Big Screen :: Captain America – The Winter Soldier
April 7th 2014
This isn’t really a superhero film at all…
Captain America: The Winter Soldier tells the further adventures of the world’s nerdiest superhero: the 90-something year old virgin who dresses up in the Stars and Stripes, Captain America.
Filmmakers face a tough time trying to make this guy interesting; he’s from World War II, and his uncompromising, unquestioning morals fitted well in a time when everyone knew who the bad guys were, and could generally agree that they were a bunch of arseholes.
Thankfully the filmmakers haven’t tried to just recreate that in the present day – they’ve recognised that would be boring. Instead they have made a spy thriller that forces Captain America to re-think his allegiances.
If you have to make a movie about this guy, and to be honest you really don’t, this is at least the very best way to approach it.
In the film, Captain America is carrying out dodgy black ops missions for SHIELD; the weird United Nations-type spy agency that was last seen in The Avengers (and that cheap looking TV show hardly anyone watches). When SHIELD unveils its plan to launch giant floating aircraft carriers to circle the world and wipe out threats before they happen, even the old Captain thinks that’s a bit shit.
Before he knows it, Cap is on the run with Scarlett Johanssen and a new friend named The Falcon, who has mechanical wings. They are going for a sort of gritty 70’s political thriller feel, so as you can imagine they struggle to fit the guy with wings in organically. He will sell a lot of toys though.
The last Thor film was so heroically nonsensical that trying to actually figure out what happened required David Lynch-like leaps of logic, so it’s good to find out that Marvel Studios have made a real movie here. There is a mysterious plot that is interesting and engaging, and has consequences for the characters involved. It’s not just some chase-the-magical-do-dad story. It’s about surveillance, trust and questioning patriotism, which are not safe choices to make a superhero movie about.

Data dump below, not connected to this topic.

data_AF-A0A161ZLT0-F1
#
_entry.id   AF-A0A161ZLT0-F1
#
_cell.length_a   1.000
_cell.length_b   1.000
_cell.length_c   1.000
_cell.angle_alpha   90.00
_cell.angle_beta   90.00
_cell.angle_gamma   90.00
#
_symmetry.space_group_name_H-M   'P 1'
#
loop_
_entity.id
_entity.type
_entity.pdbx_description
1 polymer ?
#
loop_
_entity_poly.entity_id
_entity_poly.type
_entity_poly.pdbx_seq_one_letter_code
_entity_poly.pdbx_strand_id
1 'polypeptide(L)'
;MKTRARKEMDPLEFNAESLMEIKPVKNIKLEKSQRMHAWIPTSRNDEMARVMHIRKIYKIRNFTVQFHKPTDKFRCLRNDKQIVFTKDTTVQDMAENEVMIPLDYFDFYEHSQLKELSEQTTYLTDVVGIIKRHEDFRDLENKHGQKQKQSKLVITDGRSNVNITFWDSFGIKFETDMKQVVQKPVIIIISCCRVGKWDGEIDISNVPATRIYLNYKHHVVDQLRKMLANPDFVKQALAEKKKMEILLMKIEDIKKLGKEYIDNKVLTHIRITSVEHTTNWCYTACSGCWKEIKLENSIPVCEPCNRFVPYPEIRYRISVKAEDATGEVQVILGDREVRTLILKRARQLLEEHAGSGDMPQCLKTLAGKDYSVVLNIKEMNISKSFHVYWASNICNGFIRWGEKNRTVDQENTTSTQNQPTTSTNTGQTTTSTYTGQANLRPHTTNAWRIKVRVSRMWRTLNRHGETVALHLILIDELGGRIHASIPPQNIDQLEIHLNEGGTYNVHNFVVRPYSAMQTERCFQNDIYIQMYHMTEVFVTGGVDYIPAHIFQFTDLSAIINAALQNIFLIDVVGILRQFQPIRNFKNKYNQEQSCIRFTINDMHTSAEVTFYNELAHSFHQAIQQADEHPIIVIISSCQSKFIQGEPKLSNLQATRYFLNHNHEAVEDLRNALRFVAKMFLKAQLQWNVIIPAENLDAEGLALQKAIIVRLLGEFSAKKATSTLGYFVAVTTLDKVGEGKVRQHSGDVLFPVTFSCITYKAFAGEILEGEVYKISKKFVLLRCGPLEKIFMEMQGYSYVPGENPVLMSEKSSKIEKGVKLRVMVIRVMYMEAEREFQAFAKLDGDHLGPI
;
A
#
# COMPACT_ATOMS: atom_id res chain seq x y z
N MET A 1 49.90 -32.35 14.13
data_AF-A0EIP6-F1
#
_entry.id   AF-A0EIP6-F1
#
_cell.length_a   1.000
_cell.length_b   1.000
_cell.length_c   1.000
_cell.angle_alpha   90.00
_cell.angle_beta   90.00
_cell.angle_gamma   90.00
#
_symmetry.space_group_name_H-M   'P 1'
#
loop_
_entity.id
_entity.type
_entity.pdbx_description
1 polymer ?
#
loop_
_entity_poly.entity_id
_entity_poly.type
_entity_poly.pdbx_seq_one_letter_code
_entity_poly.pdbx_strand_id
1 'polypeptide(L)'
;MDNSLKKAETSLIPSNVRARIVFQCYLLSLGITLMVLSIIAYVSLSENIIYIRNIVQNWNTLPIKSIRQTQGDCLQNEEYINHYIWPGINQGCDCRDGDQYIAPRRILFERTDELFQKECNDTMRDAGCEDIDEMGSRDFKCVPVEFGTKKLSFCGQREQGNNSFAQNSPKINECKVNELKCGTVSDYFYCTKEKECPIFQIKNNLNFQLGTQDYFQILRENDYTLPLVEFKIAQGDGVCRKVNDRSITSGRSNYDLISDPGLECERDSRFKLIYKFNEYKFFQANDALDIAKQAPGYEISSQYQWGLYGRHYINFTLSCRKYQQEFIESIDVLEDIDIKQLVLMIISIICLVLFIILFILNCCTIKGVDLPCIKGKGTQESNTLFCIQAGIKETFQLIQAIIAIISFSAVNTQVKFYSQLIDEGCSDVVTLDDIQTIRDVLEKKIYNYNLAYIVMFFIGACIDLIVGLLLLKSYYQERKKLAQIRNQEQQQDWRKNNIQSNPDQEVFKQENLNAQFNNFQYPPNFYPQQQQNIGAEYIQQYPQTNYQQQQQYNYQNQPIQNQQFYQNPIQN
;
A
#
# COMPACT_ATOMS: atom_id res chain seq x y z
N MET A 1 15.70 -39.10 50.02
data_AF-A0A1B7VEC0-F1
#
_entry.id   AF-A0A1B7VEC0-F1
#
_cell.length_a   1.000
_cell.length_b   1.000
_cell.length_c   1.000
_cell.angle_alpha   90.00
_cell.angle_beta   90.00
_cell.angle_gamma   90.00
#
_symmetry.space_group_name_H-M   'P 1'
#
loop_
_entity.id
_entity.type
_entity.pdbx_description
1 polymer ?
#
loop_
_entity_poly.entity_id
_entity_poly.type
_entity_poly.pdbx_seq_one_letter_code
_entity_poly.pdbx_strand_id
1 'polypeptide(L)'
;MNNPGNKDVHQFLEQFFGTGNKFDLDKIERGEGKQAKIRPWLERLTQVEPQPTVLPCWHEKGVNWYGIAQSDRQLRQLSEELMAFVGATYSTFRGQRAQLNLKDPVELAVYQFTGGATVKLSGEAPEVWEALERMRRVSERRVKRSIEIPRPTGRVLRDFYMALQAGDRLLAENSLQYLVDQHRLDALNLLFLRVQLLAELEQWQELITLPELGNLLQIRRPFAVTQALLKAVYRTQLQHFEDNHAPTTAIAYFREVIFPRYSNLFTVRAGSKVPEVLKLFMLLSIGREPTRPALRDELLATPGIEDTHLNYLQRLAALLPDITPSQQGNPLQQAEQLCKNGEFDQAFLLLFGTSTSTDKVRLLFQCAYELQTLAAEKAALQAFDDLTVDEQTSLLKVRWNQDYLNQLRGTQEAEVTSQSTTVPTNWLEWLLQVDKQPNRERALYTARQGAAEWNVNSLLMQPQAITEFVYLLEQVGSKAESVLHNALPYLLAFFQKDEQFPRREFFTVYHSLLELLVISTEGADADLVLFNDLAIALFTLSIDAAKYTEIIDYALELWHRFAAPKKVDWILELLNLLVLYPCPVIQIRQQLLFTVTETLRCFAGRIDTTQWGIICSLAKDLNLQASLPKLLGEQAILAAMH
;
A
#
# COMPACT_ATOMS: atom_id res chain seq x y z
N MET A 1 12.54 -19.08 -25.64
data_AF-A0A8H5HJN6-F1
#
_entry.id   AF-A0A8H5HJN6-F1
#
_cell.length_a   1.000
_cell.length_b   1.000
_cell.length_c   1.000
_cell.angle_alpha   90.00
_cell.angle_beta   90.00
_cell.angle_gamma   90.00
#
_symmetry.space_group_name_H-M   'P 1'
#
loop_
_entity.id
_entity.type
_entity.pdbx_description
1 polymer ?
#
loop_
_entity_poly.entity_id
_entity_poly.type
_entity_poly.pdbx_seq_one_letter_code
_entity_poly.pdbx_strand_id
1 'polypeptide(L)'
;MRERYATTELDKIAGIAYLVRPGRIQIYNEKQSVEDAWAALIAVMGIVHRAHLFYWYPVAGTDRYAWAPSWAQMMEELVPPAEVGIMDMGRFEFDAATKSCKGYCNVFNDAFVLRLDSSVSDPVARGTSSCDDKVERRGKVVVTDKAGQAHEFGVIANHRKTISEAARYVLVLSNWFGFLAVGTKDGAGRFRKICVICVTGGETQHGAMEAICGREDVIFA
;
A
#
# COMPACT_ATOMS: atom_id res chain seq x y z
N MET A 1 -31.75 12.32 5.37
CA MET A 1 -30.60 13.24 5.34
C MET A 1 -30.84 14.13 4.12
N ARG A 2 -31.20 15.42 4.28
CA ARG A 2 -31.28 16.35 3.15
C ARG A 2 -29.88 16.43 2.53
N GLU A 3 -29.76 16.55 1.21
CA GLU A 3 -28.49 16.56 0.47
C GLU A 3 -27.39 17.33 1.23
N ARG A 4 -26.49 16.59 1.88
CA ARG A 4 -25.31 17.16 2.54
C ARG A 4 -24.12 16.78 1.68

In fact, this isn’t really a superhero film at all.
You could take The Captain out and put in James Bond or someone and you would actually have a marginally better movie, just because your lead character wouldn’t have to dress up like such an idiot all the time. The climax is a computer-generated mess, but I was right there with the movie up to that point.
I think Chris Evans is as good as anyone could be in this role. It also benefits immensely from having no less than Robert Redford as the head of SHIELD, and the film is not afraid of using every bit of history and baggage that he brings to a role. Captain America: The Winter Soldier is a superior example of this type of thing… Worth a look.